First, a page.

“They include ramped up arrests and deportations, closing of shops, and confiscation or destruction of unlicensed vehicles, on top of other long-standing restrictions, including curfews and evictions, and barriers to refugee education, legal residency, and work authorization,” Frelick said.
“Lebanon shouldn’t create pressures that cumulatively coerce refugees to return involuntarily in conditions that are not conducive to a safe and dignified return,” he said.
Lebanese politicians and part of the population have called for Syrian refugees to go home, blaming them for a string of economic woes in the country.
Syria’s war has killed 370,000 people and displaced millions at home and abroad since it started in 2011 with a brutal crackdown on anti-government protests.


Iraq officials must ‘step up’ to enact reforms: UN envoy

Updated 27 min 33 sec ago

Iraq officials must ‘step up’ to enact reforms: UN envoy

  • UN has put forward a phased roadmap calling for an immediate end to violence and electoral reform within 2 weeks
  • Protesters have escalated their demands to deep-rooted regime change

BAGHDAD: Iraqi officials must ramp up their response to mass demonstrations demanding an overhaul of the political system, the UN representative in Baghdad told AFP in an exclusive interview Wednesday.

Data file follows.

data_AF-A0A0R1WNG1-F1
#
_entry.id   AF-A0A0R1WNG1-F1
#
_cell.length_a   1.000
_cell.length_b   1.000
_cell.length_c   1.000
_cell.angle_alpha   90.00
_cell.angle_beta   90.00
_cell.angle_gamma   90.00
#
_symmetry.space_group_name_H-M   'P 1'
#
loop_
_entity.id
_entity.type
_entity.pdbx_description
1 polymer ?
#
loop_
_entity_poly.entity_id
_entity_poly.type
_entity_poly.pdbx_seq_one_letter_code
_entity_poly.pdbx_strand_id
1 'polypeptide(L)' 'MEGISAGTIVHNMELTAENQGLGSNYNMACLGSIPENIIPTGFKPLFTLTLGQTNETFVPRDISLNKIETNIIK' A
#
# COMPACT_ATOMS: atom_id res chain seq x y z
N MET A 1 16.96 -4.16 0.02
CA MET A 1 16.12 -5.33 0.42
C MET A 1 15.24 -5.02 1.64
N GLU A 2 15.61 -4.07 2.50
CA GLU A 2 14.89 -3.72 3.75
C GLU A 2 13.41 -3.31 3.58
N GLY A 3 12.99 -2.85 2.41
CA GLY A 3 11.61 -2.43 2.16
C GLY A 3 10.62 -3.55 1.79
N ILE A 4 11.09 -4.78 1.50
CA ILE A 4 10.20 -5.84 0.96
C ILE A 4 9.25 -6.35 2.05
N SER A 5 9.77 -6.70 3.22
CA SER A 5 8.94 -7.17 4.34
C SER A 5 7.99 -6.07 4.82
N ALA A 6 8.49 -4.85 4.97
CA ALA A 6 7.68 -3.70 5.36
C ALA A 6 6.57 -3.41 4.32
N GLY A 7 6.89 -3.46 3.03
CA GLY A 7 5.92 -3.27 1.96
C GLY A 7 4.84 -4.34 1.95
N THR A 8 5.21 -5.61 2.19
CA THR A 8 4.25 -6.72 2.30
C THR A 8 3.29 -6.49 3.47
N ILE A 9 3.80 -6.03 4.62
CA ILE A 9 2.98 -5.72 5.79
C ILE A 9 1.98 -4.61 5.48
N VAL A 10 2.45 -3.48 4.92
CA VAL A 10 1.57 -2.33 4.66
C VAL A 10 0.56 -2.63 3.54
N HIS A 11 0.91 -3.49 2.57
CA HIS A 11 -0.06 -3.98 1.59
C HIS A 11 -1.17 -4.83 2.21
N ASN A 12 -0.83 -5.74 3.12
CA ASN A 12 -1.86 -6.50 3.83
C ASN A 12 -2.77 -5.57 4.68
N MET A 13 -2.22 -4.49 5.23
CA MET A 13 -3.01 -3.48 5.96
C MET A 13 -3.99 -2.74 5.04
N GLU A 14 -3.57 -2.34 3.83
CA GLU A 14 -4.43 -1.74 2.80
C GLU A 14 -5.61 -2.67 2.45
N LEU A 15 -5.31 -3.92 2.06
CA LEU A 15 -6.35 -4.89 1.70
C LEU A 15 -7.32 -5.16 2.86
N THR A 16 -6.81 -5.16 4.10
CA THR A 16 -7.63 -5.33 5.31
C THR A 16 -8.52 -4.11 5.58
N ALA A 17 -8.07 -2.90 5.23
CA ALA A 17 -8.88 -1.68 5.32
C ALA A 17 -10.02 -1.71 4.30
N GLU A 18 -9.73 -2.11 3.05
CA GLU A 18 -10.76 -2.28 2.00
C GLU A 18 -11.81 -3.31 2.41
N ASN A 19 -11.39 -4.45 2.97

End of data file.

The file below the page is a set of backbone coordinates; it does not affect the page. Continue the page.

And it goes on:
Jeanine Hennis-Plasschaert, who heads the UN’s Iraq mission (UNAMI), said the country’s authorities must “step up to the plate and make things happen.”
“They are elected by the people, they are accountable to them,” she said.
Protests broke out in Baghdad and the country’s Shiite-majority south in early October over rampant corruption, lack of jobs and notoriously poor services.
One in five people lives below the poverty line, despite the vast oil wealth of OPEC’s second biggest producer.
The United Nations has proposed a phased roadmap that, in a crucial step, was endorsed by Iraq’s top Shiite cleric Grand Ayatollah Ali Sistani after meeting Hennis-Plasschaert.
It calls for an immediate end to violence, electoral reform and anti-graft measures within two weeks followed by constitutional amendments and infrastructure legislation within three months.
Hennis-Plasschaert discussed the plan with lawmakers on the sidelines of a parliamentary session on Wednesday, telling them: “Now is the time to act, otherwise any momentum will be lost — lost at a time when many, many Iraqis demand concrete results.”
Protesters have escalated their demands to deep-rooted regime change, unimpressed by government promises of reform.